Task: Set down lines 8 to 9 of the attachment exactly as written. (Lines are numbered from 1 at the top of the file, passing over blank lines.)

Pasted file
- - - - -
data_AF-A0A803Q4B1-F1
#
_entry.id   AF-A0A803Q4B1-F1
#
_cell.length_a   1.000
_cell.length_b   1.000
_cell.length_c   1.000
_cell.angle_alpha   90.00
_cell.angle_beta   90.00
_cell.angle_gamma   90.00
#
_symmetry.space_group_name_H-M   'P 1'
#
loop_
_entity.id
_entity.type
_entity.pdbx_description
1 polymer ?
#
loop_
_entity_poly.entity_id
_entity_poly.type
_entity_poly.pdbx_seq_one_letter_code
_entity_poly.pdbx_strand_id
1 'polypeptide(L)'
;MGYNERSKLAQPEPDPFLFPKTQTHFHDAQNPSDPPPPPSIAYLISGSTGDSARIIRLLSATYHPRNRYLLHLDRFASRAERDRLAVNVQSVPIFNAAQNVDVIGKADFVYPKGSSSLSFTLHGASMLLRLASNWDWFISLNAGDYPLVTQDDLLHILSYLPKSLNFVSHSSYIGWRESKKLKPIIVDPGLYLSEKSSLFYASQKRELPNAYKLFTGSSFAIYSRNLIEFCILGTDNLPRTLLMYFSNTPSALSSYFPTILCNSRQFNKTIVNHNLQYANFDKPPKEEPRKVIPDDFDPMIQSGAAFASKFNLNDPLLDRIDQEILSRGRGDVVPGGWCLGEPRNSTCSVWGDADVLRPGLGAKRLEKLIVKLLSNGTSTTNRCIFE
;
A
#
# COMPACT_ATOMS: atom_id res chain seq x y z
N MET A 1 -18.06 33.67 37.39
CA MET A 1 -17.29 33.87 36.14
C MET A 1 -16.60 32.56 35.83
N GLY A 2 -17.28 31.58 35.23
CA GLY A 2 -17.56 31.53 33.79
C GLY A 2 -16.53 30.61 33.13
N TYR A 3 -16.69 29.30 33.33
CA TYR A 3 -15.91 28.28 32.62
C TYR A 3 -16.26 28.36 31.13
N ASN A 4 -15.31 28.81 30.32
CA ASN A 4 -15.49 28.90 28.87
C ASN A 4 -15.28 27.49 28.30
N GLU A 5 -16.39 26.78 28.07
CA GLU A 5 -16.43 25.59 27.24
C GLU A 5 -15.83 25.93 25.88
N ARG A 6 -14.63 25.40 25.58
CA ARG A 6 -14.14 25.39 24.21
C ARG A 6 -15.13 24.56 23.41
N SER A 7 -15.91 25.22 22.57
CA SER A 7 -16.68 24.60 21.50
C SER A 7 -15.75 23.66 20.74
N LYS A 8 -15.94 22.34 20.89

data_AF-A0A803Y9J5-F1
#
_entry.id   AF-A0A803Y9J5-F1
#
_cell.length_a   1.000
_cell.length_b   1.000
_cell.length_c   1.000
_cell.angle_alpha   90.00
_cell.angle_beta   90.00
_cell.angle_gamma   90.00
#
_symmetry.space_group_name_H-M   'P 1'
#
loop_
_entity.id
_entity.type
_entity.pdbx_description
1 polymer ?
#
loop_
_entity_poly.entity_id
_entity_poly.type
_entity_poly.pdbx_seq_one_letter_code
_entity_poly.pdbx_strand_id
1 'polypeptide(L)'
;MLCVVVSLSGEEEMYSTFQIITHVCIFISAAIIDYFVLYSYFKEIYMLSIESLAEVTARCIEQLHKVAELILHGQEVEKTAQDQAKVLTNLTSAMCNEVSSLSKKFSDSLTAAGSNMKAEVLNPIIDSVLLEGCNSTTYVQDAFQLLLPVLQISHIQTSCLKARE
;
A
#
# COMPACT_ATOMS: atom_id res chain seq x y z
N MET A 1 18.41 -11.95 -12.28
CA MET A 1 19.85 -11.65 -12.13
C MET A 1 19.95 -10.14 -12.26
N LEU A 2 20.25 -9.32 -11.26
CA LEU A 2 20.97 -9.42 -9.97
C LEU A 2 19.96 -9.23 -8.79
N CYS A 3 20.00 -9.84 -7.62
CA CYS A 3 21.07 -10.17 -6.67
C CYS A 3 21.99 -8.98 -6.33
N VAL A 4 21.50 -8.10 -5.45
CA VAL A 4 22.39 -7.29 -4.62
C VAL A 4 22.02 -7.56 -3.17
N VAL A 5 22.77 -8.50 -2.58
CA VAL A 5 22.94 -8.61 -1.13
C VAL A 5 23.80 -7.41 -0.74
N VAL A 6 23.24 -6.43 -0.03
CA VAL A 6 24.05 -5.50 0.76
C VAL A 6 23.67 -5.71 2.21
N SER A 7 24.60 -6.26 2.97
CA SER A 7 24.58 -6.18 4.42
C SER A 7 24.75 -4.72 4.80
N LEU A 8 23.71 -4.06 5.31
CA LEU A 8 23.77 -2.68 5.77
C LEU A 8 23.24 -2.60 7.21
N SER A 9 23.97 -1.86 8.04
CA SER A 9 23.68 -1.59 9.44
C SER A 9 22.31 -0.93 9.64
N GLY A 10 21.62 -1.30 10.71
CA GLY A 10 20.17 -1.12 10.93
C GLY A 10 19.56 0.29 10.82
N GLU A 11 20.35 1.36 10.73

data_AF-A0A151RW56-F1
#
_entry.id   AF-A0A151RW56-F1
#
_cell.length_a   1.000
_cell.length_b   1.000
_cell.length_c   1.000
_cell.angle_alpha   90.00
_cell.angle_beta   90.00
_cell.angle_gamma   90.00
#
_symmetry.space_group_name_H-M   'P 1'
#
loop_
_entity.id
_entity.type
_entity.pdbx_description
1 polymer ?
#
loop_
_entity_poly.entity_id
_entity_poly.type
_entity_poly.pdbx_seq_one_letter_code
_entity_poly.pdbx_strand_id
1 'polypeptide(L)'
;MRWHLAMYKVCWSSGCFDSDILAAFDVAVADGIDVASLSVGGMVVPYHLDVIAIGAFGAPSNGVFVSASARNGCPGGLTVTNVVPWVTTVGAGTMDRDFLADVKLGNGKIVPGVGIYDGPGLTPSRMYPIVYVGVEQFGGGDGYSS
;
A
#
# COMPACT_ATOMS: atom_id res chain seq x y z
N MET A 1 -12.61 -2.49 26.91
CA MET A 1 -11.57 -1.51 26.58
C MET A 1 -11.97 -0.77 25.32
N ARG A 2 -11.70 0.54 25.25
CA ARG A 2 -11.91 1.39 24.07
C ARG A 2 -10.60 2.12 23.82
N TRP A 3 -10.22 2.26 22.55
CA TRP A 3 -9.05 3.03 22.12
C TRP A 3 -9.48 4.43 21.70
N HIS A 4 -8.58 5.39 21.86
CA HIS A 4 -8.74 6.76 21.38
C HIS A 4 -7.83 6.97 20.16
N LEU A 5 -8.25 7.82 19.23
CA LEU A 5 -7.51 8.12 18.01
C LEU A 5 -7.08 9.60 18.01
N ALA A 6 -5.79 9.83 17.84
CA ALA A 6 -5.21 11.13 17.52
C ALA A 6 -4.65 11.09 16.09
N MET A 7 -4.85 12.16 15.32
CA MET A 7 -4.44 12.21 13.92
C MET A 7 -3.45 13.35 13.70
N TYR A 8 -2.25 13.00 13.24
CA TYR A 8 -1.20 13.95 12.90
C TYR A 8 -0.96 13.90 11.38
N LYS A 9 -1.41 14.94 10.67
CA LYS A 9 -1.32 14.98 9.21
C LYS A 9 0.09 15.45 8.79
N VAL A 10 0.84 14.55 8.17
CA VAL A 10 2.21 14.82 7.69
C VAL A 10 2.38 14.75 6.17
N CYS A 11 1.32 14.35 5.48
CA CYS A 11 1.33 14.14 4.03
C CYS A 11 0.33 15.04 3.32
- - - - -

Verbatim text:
_cell.angle_alpha   90.00
_cell.angle_beta   90.00